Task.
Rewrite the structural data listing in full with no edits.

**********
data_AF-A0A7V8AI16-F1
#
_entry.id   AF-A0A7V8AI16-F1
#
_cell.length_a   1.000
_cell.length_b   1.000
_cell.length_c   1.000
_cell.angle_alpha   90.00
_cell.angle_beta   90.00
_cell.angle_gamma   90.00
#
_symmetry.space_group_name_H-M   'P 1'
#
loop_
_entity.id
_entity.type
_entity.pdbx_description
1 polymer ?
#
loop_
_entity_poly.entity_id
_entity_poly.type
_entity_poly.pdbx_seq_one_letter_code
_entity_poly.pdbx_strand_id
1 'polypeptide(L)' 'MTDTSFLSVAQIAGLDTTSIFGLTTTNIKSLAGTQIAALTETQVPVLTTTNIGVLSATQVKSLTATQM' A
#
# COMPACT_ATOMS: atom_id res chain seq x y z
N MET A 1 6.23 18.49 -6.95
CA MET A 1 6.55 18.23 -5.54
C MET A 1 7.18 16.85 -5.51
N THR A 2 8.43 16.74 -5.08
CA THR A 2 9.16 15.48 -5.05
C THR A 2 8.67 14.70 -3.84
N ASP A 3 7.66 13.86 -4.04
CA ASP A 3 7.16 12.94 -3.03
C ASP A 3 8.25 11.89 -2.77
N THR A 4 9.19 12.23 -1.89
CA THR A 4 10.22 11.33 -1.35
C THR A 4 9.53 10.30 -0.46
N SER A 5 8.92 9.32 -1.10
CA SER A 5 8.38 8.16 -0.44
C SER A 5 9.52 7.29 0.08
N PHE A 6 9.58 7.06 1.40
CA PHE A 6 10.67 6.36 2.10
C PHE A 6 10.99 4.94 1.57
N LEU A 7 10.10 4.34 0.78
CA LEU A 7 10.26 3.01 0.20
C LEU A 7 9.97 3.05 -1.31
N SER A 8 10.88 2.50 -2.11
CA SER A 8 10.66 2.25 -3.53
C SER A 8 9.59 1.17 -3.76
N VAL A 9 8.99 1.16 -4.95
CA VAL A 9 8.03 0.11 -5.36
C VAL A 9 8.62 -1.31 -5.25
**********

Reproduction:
data_AF-A0A7V8AI16-F1
#
_entry.id   AF-A0A7V8AI16-F1
#
_cell.length_a   1.000
_cell.length_b   1.000
_cell.length_c   1.000
_cell.angle_alpha   90.00
_cell.angle_beta   90.00
_cell.angle_gamma   90.00
#
_symmetry.space_group_name_H-M   'P 1'
#
loop_
_entity.id
_entity.type
_entity.pdbx_description
1 polymer ?
#
loop_
_entity_poly.entity_id
_entity_poly.type
_entity_poly.pdbx_seq_one_letter_code
_entity_poly.pdbx_strand_id
1 'polypeptide(L)' 'MTDTSFLSVAQIAGLDTTSIFGLTTTNIKSLAGTQIAALTETQVPVLTTTNIGVLSATQVKSLTATQM' A
#
# COMPACT_ATOMS: atom_id res chain seq x y z
N MET A 1 6.23 18.49 -6.95
CA MET A 1 6.55 18.23 -5.54
C MET A 1 7.18 16.85 -5.51
N THR A 2 8.43 16.74 -5.08
CA THR A 2 9.16 15.48 -5.05
C THR A 2 8.67 14.70 -3.84
N ASP A 3 7.66 13.86 -4.04
CA ASP A 3 7.16 12.94 -3.03
C ASP A 3 8.25 11.89 -2.77
N THR A 4 9.19 12.23 -1.89
CA THR A 4 10.22 11.33 -1.35
C THR A 4 9.53 10.30 -0.46
N SER A 5 8.92 9.32 -1.10
CA SER A 5 8.38 8.16 -0.44
C SER A 5 9.52 7.29 0.08
N PHE A 6 9.58 7.06 1.40
CA PHE A 6 10.67 6.36 2.10
C PHE A 6 10.99 4.94 1.57
N LEU A 7 10.10 4.34 0.78
CA LEU A 7 10.26 3.01 0.20
C LEU A 7 9.97 3.05 -1.31
N SER A 8 10.88 2.50 -2.11
CA SER A 8 10.66 2.25 -3.53
C SER A 8 9.59 1.17 -3.76
N VAL A 9 8.99 1.16 -4.95
CA VAL A 9 8.03 0.11 -5.36
C VAL A 9 8.62 -1.31 -5.25